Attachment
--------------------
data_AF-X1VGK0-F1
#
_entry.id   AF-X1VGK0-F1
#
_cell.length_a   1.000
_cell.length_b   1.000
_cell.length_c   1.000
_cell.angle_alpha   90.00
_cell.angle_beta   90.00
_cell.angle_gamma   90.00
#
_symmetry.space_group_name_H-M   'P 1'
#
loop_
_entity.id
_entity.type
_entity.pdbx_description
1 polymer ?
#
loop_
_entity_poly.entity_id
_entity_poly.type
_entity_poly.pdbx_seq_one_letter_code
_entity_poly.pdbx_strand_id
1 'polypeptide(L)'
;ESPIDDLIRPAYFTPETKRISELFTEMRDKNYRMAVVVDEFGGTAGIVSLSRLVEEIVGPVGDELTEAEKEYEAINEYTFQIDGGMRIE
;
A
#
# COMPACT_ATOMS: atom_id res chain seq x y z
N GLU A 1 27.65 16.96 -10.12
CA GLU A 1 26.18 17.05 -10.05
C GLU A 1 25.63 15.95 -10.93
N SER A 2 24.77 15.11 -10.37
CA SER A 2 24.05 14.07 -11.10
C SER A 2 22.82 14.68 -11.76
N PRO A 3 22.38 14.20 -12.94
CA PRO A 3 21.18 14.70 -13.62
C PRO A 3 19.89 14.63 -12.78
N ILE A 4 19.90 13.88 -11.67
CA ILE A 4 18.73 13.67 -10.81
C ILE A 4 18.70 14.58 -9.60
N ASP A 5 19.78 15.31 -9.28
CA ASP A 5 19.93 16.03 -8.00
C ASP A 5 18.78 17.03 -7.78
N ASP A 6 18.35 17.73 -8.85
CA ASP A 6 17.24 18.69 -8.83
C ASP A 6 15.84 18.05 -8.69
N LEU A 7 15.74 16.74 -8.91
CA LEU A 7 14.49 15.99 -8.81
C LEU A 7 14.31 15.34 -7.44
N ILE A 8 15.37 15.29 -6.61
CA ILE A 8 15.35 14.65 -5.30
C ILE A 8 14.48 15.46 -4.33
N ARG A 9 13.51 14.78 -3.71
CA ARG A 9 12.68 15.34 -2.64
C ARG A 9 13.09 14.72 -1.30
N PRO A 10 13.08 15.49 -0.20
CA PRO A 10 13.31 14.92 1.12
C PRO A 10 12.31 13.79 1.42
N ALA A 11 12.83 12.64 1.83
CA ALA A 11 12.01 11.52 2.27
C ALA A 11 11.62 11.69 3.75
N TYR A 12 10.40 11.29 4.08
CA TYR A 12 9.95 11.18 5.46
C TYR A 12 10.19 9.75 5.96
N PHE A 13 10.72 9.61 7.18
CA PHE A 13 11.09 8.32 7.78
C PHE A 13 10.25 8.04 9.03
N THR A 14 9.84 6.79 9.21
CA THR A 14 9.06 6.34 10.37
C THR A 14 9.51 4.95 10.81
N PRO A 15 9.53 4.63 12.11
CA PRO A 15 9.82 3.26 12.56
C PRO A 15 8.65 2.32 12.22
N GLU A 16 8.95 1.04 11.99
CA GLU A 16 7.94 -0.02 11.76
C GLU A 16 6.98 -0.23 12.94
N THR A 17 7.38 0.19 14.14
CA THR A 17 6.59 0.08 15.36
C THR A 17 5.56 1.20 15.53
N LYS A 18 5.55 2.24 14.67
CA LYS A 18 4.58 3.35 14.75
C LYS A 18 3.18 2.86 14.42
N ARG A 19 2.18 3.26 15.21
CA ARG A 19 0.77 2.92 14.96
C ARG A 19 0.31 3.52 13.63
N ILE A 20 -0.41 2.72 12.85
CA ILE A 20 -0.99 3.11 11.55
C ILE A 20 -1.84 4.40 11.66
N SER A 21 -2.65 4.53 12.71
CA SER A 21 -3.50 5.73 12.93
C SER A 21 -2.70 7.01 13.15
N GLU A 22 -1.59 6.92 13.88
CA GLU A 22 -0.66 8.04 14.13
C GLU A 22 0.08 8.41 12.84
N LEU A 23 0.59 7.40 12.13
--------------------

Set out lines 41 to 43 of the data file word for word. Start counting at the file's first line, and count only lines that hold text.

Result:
CA ILE A 4 18.73 13.67 -10.81
C ILE A 4 18.70 14.58 -9.60
N ASP A 5 19.78 15.31 -9.28